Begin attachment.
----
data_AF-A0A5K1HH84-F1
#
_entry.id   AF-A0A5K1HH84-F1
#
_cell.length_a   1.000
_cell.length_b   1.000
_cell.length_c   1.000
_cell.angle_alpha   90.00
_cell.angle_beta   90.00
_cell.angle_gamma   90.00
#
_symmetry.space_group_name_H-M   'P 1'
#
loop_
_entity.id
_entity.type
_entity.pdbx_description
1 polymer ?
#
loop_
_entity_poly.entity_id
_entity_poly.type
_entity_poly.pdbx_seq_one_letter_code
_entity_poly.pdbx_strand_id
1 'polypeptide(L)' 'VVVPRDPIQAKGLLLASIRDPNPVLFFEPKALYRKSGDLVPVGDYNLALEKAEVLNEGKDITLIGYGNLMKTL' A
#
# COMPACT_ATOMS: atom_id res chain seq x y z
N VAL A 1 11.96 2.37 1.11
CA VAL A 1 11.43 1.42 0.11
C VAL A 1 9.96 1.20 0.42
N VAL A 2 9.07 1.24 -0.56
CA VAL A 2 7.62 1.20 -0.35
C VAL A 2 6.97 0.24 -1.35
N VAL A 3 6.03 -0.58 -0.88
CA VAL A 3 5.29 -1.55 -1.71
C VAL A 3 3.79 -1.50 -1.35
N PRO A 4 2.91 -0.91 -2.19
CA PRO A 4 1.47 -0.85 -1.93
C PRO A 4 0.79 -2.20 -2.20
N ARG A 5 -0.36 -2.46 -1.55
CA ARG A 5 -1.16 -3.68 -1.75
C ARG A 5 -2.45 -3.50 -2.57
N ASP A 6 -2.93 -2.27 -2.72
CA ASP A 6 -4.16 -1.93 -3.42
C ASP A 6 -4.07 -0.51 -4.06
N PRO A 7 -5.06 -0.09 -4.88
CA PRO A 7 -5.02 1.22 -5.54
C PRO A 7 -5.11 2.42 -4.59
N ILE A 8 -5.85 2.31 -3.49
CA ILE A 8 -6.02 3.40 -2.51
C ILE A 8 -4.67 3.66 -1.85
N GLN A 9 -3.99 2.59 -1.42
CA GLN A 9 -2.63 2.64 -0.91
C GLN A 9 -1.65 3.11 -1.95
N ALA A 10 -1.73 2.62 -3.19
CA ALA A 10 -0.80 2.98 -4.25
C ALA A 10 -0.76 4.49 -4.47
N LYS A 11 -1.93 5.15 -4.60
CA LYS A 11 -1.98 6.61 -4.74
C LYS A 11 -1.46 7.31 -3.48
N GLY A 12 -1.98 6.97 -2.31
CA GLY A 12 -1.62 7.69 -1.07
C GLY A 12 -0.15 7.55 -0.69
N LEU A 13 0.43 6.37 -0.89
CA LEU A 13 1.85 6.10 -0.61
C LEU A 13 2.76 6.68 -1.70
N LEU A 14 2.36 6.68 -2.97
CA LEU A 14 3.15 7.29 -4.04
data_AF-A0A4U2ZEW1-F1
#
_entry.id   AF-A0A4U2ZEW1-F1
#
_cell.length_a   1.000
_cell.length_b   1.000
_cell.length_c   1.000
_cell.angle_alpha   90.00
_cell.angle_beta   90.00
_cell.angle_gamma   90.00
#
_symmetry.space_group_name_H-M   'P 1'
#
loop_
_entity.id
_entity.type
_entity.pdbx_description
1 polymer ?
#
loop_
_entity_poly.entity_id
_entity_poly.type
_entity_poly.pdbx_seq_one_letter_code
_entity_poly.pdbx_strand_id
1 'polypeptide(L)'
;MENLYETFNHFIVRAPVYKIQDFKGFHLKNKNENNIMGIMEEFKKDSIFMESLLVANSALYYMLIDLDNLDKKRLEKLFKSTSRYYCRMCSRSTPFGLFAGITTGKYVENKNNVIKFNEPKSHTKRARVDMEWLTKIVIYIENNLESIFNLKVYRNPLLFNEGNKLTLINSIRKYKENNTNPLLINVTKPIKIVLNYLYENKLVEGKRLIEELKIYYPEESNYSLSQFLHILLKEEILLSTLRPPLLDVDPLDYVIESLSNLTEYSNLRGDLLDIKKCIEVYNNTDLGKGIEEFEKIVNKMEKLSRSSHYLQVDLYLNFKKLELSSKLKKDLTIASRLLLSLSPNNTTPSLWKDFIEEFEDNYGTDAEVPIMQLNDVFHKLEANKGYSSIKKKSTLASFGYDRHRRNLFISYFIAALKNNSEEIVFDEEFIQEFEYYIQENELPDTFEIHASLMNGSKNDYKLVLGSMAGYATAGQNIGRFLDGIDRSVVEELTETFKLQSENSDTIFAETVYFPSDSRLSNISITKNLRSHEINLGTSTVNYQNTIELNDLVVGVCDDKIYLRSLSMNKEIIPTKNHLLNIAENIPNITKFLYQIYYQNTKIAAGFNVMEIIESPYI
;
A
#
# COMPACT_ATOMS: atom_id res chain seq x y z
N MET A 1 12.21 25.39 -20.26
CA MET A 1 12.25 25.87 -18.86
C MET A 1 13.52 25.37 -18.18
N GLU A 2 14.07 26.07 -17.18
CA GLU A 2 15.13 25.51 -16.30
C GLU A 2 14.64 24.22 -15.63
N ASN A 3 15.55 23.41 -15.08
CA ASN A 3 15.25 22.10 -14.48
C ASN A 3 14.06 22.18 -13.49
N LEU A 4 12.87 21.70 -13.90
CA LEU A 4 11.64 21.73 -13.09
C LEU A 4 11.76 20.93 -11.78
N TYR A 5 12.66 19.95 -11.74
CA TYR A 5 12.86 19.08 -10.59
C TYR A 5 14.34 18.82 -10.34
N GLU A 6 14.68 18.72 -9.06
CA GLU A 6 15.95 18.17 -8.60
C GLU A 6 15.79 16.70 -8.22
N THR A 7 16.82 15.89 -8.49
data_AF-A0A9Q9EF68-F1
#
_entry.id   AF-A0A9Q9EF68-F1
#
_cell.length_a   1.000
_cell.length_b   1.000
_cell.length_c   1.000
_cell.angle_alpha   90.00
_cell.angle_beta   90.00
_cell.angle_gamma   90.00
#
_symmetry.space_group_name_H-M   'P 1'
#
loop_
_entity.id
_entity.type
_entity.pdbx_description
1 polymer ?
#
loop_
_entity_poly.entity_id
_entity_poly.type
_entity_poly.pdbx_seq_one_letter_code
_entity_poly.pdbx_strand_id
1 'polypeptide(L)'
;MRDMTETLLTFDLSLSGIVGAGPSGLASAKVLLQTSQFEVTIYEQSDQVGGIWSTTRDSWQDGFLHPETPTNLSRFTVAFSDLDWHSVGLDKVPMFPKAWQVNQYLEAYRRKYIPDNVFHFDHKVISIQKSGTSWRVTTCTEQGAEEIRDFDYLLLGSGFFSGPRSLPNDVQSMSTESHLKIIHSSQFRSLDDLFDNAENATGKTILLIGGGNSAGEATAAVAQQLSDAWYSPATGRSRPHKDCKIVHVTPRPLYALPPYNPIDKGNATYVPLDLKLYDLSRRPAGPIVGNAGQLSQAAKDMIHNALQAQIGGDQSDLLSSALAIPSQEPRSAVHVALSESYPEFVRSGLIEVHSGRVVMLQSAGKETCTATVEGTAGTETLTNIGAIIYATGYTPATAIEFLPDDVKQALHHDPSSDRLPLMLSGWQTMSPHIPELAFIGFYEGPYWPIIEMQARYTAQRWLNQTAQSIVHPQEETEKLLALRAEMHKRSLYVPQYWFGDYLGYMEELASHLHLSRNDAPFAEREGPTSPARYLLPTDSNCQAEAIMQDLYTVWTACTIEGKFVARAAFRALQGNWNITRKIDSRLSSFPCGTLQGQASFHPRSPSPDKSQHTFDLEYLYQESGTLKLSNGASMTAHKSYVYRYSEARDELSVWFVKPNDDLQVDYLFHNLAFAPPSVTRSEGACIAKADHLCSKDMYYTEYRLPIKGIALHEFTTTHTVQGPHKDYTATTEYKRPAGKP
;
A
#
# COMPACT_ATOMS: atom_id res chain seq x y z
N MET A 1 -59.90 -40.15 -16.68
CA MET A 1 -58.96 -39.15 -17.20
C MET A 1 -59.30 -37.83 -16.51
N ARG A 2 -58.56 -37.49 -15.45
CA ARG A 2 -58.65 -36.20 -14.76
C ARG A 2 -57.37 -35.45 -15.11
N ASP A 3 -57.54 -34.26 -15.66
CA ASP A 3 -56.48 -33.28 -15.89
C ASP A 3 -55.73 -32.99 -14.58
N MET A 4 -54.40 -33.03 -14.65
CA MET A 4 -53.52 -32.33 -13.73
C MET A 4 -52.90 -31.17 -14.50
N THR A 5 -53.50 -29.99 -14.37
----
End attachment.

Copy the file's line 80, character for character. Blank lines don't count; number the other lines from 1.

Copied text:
_symmetry.space_group_name_H-M   'P 1'